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Webextensions and what it means for Toolbar Buttons

by Michael

It has been a long time since I last posted.  I was really busy last year which was my last year of studying.  Recently I have been hesitant to post because I want to see first if I would really be able to recommit to my extensions.
A lot has happened since then that I want to write about.  The biggest change is that soon Webextensions will be the only way to write extensions.  Firefox 55 enforces that all extensions must be multiprocess ready, and then Firefox 57 that they must be written as Webextensions.

This greatly effects Toolbar Buttons, as Webextensions can only have one button per extension.  This of course is a killer for a button pack like Toolbar Buttons. 

The best response I can give to this is to release many of the buttons individually as separate extensions.  I have a list of the Webextensions I have releases so far.  As of writing there are 21 that I have finished.

I am not intending to upload to addons.mozilla.org many of the buttons that only opened links to certain pages.  I have however put together a page of link buttons and have updated the link button maker so it continues to work.

The Custom Toolbar Button maker is not going to make extensions that work with newer versions of Firefox as it does not make sense to have a tool that is supposed to combine multiple buttons into one extension, when there is a limit of one button per extension.  It has been changed so it does not create extensions that work with any version of Firefox from recent times, and instead targets Pale Moon (which forked from Firefox years ago), Sea Monkey and Thunderbird.

There is a thread on my forum about the change.

Opinions on the change

When trying to explain this to a lot of people (I been getting quite a few emails, and comments left on my extensions) a lot of time the reaction is they are angry with Mozilla for making a change like this. I however fully support what they are trying to do.  Before extensions could access any part of the Firefox code, and could do almost anything they wanted.  This created problems for extensions developers like me, particularly with Toolbar Buttons, because every time they changed something it could break an extension.  There was almost always one or two buttons broken in Toolbar Buttons because of this.  Now they are giving us a much more restricted API to work with, but with a promise that there should be few if any incompatible changes.  The API is also modelled on what other browsers are doing so porting extensions to or from other browsers will be much easier.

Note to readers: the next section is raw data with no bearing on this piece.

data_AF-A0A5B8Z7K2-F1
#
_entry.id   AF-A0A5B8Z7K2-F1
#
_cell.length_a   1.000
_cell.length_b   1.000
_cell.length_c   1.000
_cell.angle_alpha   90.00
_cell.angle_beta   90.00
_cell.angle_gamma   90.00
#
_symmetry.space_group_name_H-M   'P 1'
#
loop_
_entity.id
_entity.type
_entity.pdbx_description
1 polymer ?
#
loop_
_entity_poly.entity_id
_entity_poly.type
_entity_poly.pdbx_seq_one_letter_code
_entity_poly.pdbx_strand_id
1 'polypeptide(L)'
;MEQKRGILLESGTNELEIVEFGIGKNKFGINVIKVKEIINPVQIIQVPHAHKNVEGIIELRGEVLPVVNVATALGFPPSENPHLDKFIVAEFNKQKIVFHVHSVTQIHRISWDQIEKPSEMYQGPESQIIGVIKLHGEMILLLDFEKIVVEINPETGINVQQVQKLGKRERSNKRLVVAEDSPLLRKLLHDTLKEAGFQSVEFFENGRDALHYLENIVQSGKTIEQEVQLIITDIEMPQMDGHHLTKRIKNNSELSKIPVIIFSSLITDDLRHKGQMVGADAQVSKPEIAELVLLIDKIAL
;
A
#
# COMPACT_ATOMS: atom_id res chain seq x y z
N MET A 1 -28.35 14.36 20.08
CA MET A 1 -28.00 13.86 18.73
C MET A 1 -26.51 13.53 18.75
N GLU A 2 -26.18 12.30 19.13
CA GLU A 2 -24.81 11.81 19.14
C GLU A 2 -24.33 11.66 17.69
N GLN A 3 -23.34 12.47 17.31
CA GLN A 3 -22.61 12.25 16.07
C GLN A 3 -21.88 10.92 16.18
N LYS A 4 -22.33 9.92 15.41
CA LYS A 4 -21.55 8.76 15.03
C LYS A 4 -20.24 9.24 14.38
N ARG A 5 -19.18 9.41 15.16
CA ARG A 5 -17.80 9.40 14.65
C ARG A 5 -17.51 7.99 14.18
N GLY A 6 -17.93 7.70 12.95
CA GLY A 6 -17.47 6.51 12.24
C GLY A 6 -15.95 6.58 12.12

A great example of internal changes that really messed extensions up is what happened in Firefox 55 with all being required to be multiprocess compatible.  They have I believe been delaying this change for awhile because they wanted to give developers a chance to catch up. There are some quite exciting things coming in the future that should really take advantage of multiprocess support, and should really help to speed things up.

Also it cuts down on the possibility of extensions doing something dangerous. Before an extension could do anything that any other application could. Which meant to keep users safe they all had to be reviewed before release.  This both delayed extension updates, and also meant a lot of man power had to go into reviewing extensions.  With this cut down, since they are now more limited and have to declare what they do, hopefully we can see some more rapid development.

It is true also at this stage that there are a lot of extensions that can't be ported.  There are dozens of buttons from Toolbar Buttons that I can’t port over.  But they do appear to be very open to adding to the current API to expand the possibilities.  So I can see in the future many of these casing with a little reimagining making it over.

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